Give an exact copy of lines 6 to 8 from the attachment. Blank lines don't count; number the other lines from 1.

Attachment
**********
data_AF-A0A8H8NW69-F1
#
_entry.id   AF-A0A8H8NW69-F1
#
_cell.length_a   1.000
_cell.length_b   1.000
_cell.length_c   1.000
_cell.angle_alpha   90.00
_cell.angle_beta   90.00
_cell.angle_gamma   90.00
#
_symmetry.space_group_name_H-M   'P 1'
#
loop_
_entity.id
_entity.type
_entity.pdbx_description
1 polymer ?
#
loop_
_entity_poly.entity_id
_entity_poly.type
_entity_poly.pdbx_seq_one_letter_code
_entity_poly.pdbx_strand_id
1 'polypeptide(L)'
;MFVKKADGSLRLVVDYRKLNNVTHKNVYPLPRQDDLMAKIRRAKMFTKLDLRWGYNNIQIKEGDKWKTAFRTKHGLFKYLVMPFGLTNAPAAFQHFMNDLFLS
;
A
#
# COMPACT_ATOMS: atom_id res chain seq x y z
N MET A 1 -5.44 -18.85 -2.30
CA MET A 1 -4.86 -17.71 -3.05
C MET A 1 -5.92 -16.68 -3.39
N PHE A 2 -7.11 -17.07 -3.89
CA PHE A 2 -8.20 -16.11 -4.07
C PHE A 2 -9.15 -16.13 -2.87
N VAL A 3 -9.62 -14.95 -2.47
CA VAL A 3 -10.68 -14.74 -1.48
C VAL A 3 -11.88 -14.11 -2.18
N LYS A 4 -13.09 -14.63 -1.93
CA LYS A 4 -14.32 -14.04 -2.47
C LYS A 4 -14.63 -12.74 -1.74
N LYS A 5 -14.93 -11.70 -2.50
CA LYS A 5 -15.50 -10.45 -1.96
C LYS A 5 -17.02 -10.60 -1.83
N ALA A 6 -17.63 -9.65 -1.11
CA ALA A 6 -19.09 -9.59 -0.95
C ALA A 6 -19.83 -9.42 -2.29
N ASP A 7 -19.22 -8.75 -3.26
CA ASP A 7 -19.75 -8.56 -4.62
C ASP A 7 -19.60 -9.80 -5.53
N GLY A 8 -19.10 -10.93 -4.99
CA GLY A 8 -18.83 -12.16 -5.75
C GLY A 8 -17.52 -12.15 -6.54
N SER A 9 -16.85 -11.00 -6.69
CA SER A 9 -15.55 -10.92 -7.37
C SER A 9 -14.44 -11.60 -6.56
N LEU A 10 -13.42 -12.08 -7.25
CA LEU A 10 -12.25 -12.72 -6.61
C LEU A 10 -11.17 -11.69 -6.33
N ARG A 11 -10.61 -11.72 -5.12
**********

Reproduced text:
_cell.length_b   1.000
_cell.length_c   1.000
_cell.angle_alpha   90.00